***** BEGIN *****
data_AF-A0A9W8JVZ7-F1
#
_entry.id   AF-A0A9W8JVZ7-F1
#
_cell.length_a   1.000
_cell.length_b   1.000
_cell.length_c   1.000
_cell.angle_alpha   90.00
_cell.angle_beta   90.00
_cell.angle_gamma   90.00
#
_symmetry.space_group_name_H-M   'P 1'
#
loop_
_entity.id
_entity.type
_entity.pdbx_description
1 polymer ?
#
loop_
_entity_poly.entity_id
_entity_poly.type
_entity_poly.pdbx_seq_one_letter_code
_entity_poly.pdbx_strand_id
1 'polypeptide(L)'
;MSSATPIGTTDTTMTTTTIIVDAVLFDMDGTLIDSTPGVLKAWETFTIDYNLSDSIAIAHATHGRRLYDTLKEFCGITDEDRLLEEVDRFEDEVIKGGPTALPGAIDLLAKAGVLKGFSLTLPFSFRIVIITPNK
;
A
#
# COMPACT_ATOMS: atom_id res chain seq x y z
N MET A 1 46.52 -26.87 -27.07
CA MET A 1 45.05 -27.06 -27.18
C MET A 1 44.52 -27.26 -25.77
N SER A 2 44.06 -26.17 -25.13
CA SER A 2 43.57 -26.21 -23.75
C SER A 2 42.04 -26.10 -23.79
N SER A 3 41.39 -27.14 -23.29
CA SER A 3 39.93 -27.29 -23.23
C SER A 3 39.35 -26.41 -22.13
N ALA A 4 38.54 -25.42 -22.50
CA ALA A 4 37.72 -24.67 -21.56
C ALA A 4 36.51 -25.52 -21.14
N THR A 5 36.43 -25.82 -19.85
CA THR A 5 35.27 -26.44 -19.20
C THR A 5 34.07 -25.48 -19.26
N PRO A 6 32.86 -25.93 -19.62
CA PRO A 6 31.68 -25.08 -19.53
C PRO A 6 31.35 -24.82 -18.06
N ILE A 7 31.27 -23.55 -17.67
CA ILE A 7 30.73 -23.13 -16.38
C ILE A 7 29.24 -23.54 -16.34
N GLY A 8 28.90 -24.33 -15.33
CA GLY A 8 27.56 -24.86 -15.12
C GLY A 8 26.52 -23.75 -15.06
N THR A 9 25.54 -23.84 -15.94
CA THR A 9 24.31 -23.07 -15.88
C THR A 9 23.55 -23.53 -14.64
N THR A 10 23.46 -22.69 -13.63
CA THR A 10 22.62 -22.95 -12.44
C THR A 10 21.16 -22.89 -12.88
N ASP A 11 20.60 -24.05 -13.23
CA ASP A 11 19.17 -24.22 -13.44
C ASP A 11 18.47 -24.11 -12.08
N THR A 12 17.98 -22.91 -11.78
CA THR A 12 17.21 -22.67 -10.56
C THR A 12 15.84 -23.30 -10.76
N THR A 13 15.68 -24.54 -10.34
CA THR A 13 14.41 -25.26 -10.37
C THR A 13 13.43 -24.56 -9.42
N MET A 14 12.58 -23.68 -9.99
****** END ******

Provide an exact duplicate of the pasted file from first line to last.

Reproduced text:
data_AF-A0A9W8JVZ7-F1
#
_entry.id   AF-A0A9W8JVZ7-F1
#
_cell.length_a   1.000
_cell.length_b   1.000
_cell.length_c   1.000
_cell.angle_alpha   90.00
_cell.angle_beta   90.00
_cell.angle_gamma   90.00
#
_symmetry.space_group_name_H-M   'P 1'
#
loop_
_entity.id
_entity.type
_entity.pdbx_description
1 polymer ?
#
loop_
_entity_poly.entity_id
_entity_poly.type
_entity_poly.pdbx_seq_one_letter_code
_entity_poly.pdbx_strand_id
1 'polypeptide(L)'
;MSSATPIGTTDTTMTTTTIIVDAVLFDMDGTLIDSTPGVLKAWETFTIDYNLSDSIAIAHATHGRRLYDTLKEFCGITDEDRLLEEVDRFEDEVIKGGPTALPGAIDLLAKAGVLKGFSLTLPFSFRIVIITPNK
;
A
#
# COMPACT_ATOMS: atom_id res chain seq x y z
N MET A 1 46.52 -26.87 -27.07
CA MET A 1 45.05 -27.06 -27.18
C MET A 1 44.52 -27.26 -25.77
N SER A 2 44.06 -26.17 -25.13
CA SER A 2 43.57 -26.21 -23.75
C SER A 2 42.04 -26.10 -23.79
N SER A 3 41.39 -27.14 -23.29
CA SER A 3 39.93 -27.29 -23.23
C SER A 3 39.35 -26.41 -22.13
N ALA A 4 38.54 -25.42 -22.50
CA ALA A 4 37.72 -24.67 -21.56
C ALA A 4 36.51 -25.52 -21.14
N THR A 5 36.43 -25.82 -19.85
CA THR A 5 35.27 -26.44 -19.20
C THR A 5 34.07 -25.48 -19.26
N PRO A 6 32.86 -25.93 -19.62
CA PRO A 6 31.68 -25.08 -19.53
C PRO A 6 31.35 -24.82 -18.06
N ILE A 7 31.27 -23.55 -17.67
CA ILE A 7 30.73 -23.13 -16.38
C ILE A 7 29.24 -23.54 -16.34
N GLY A 8 28.90 -24.33 -15.33
CA GLY A 8 27.56 -24.86 -15.12
C GLY A 8 26.52 -23.75 -15.06
N THR A 9 25.54 -23.84 -15.94
CA THR A 9 24.31 -23.07 -15.88
C THR A 9 23.55 -23.53 -14.64
N THR A 10 23.46 -22.69 -13.63
CA THR A 10 22.62 -22.95 -12.44
C THR A 10 21.16 -22.89 -12.88
N ASP A 11 20.60 -24.05 -13.23
CA ASP A 11 19.17 -24.22 -13.44
C ASP A 11 18.47 -24.11 -12.08
N THR A 12 17.98 -22.91 -11.78
CA THR A 12 17.21 -22.67 -10.56
C THR A 12 15.84 -23.30 -10.76
N THR A 13 15.68 -24.54 -10.34
CA THR A 13 14.41 -25.26 -10.37
C THR A 13 13.43 -24.56 -9.42
N MET A 14 12.58 -23.68 -9.99